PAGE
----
Social influence or social propagation?
I’ve written before about my doubts around the concept of social influence. Instinctively I was and am of the view that the measurement or ideas of online social influence are clumsy at best and misleading at worst. I had the pleasure of meeting John Sumser at #HRevolution a couple of weekends ago and whilst I really enjoyed our, albeit brief, conversation, I’m not convinced by the model that is used by HR Examiner, nor indeed any of the suggested measures or rankings used by others (I daren’t even mutter the name beginning with K).
Last week I was fortunate to spend some time listening and discussing social networks with Nicholas Christakis. Christakis is somewhat of an expert on social networks – you can see his TED lecture here – his focus is on real social networks…the old sort, people who talk to people, like we used to do.
Listening to the work that he has undertaken I started to pull together my thinking a little more to try and explain my instinctive discomfort.
The HR Examiner model looks at three main factors,
Reach: A measure of the audience size (number of eyeballs) for each individual. Traffic.
Relevance: The degree to which content associated with the individual matches a cloud of keywords prepared for the analysis
Resonance: The number of mentions, inbound links and participation found for each individual
Which sounds relative sensible. Until you start to really unpick the concept of “influence”,
“the capacity to have an effect on the character, development, or behaviour of someone or something” – Oxford English Dictionary
And the critical word is effect. There needs to be an effect, in other words some sort of change, which isn’t measured by any of the online registers of influence. The argument goes that the “resonance” goes some way to addressing this. But does it?
Christakis mentioned a really interesting real life example that had happened to him. He is co-author of a book called “Connected: The Surprising Power of Our Social Networks & How They Shape Our Lives” and last year a link to the Amazon page for the book was tweeted by Alyssa Milano (no I didn’t have a clue either) who has 1.5m followers on Twitter. The tweet went on to be re-tweeted nearly 2m times.
Being scientists, Christakis and his co-author went and looked at their sales through Amazon in the following period.
There was no discernible change AT ALL.
But that is because Alyssa is a TV personality, right? And therefore there is no relevance. So the authors asked Tim O’Reilly to tweet the link to his 1.5m followers. Which he did and which was then retweeted and retweeted. When the authors checked back in on the sales,
There was no discernible change AT ALL.
The story goes that hearing about this, Susannah Fox (social network researcher and author) tweeted the link to her 5,000 followers believing them to be a highly relevant demographic.
And guess what? There was no discernible change to sales at all.
Both O’Reilly and Fox had Reach, Relevance and Resonance in abundance. But this hadn’t led to any action, they had failed to actually “influence” anyone. Why is this? I’d be lying if I said that there were any concrete answers, but there were a couple of things that we discussed that I think are at the root of the issue.
Their research has indicated that there is a big difference between what I would call “contacts” and “friends” on social networks (they specifically looked at Facebook). There is a big personal factor on people’s propensity to be influenced. And that of course makes sense, we are more likely to take action based on the words or advice of people we like, trust and want to be like, than people we know nothing or little about. The “influencers” may have a lot of followers, but how many of them are just contacts and how many are in a real relationship with them?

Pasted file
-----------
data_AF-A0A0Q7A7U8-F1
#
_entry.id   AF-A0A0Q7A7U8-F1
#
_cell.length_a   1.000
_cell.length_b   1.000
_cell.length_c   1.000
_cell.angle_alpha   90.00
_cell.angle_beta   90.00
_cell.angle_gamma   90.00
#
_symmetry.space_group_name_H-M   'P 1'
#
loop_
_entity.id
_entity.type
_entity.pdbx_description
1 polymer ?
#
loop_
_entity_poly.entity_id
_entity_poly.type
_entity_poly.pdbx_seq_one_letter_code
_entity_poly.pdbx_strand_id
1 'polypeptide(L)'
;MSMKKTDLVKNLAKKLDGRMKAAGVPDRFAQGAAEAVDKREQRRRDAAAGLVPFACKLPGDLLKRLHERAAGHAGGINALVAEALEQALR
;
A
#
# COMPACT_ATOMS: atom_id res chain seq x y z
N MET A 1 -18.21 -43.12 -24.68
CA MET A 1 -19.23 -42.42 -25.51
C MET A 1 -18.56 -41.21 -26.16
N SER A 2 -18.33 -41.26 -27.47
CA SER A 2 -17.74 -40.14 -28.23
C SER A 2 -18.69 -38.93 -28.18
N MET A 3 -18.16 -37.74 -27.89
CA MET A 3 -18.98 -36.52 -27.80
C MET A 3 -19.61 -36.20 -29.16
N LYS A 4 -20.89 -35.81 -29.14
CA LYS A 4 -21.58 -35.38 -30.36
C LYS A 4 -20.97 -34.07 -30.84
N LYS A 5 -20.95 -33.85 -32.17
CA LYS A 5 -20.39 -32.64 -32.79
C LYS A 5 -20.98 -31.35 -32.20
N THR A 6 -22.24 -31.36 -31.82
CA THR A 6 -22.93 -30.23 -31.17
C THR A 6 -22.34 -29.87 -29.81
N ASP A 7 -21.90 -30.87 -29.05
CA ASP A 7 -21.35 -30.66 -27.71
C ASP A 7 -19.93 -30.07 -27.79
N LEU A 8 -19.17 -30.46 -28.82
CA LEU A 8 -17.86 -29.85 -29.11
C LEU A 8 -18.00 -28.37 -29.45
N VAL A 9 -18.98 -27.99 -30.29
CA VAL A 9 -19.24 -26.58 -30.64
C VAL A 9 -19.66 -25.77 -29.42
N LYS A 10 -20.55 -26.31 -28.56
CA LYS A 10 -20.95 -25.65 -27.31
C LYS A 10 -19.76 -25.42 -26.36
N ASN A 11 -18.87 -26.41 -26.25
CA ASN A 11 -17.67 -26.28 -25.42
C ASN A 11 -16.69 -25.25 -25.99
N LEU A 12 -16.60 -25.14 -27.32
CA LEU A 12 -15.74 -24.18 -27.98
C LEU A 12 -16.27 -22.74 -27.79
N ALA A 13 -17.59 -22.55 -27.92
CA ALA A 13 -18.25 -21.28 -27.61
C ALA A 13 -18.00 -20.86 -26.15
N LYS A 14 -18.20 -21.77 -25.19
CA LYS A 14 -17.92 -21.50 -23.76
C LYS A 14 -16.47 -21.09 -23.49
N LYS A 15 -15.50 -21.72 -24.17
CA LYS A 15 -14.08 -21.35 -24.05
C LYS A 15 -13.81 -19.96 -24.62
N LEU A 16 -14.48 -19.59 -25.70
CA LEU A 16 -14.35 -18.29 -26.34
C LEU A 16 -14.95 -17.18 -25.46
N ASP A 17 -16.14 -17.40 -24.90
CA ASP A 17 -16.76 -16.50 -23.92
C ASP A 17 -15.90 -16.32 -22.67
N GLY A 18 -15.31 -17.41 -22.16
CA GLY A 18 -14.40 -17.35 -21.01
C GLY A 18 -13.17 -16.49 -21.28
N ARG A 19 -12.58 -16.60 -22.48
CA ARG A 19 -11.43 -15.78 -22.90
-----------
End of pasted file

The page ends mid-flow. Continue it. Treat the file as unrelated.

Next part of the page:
Secondly, Christakis talked a bit about the “influencable” suggesting that we focus too much on trying to identify the shepherds and not enough time considering the sheep. Influence isn’t a purely passive game of pushing out information, it requires a certain level of complicity, on either a conscious or subconscious level. A lot of the way in which we look at online influence measures propagation alone, or as Christakis puts it,
“I’m not saying that Twitter is useless, but I think that the ability of Twitter to disseminate information is different from its ability to influence behaviour.”
So are we dealing with real influencers or are we dealing with a relatively select group of individuals churning about the same information, tweeting, retweeting and commenting about one another in some sort of mutual beneficial self-fulfilling prophecy?
Well I am absolutely convinced that a number of people on these lists are doing good work and doing it for the right reasons. However, there are a lot of people doing that who don’t spend their time tweeting, retweeting and connecting to people on LinkedIn. Does that make them any more or less influential? And the simple fact is that we don’t know.
And why don’t we know? Because we simply can’t measure it without undertaking a breathtaking longitudinal study. Social media and the internet allow a lot of people to profess expertise and to build profile without any just cause or track record. The risk of online measures like these are that they could, unwittingly, legitimise this.
I don’t want to beat up on a particular measure or organisation, that isn’t my intention, but I will be viewing these accreditations with a huge dose “scientific and behavioural research” salt, until they can prove otherwise. I’d advise you to do the same.